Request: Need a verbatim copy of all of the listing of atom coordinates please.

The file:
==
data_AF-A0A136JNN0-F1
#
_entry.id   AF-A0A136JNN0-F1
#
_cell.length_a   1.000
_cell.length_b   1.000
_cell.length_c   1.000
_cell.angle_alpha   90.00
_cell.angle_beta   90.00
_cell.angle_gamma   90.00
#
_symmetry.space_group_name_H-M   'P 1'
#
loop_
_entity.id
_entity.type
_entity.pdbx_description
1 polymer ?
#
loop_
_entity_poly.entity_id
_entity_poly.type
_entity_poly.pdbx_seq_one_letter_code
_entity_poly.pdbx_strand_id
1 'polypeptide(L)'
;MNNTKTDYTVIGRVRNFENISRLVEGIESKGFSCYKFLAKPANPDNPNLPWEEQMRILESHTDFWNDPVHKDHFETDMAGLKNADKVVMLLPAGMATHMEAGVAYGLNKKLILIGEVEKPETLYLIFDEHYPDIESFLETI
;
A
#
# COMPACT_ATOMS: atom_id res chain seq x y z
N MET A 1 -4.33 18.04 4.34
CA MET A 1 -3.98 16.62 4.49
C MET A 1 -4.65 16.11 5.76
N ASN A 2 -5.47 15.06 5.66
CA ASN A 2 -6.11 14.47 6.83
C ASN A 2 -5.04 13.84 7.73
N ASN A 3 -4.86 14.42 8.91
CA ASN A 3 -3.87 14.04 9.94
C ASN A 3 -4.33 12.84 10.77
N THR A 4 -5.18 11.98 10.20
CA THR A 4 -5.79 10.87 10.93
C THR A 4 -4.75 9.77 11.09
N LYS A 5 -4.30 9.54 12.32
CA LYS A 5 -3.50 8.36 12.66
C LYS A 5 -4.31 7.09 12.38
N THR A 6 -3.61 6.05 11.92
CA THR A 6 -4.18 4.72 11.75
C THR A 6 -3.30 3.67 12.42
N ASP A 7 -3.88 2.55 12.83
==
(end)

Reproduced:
data_AF-A0A136JNN0-F1
#
_entry.id   AF-A0A136JNN0-F1
#
_cell.length_a   1.000
_cell.length_b   1.000
_cell.length_c   1.000
_cell.angle_alpha   90.00
_cell.angle_beta   90.00
_cell.angle_gamma   90.00
#
_symmetry.space_group_name_H-M   'P 1'
#
loop_
_entity.id
_entity.type
_entity.pdbx_description
1 polymer ?
#
loop_
_entity_poly.entity_id
_entity_poly.type
_entity_poly.pdbx_seq_one_letter_code
_entity_poly.pdbx_strand_id
1 'polypeptide(L)'
;MNNTKTDYTVIGRVRNFENISRLVEGIESKGFSCYKFLAKPANPDNPNLPWEEQMRILESHTDFWNDPVHKDHFETDMAGLKNADKVVMLLPAGMATHMEAGVAYGLNKKLILIGEVEKPETLYLIFDEHYPDIESFLETI
;
A
#
# COMPACT_ATOMS: atom_id res chain seq x y z
N MET A 1 -4.33 18.04 4.34
CA MET A 1 -3.98 16.62 4.49
C MET A 1 -4.65 16.11 5.76
N ASN A 2 -5.47 15.06 5.66
CA ASN A 2 -6.11 14.47 6.83
C ASN A 2 -5.04 13.84 7.73
N ASN A 3 -4.86 14.42 8.91
CA ASN A 3 -3.87 14.04 9.94
C ASN A 3 -4.33 12.84 10.77
N THR A 4 -5.18 11.98 10.20
CA THR A 4 -5.79 10.87 10.93
C THR A 4 -4.75 9.77 11.09
N LYS A 5 -4.30 9.54 12.32
CA LYS A 5 -3.50 8.36 12.66
C LYS A 5 -4.31 7.09 12.38
N THR A 6 -3.61 6.05 11.92
CA THR A 6 -4.18 4.72 11.75
C THR A 6 -3.30 3.67 12.42
N ASP A 7 -3.88 2.55 12.83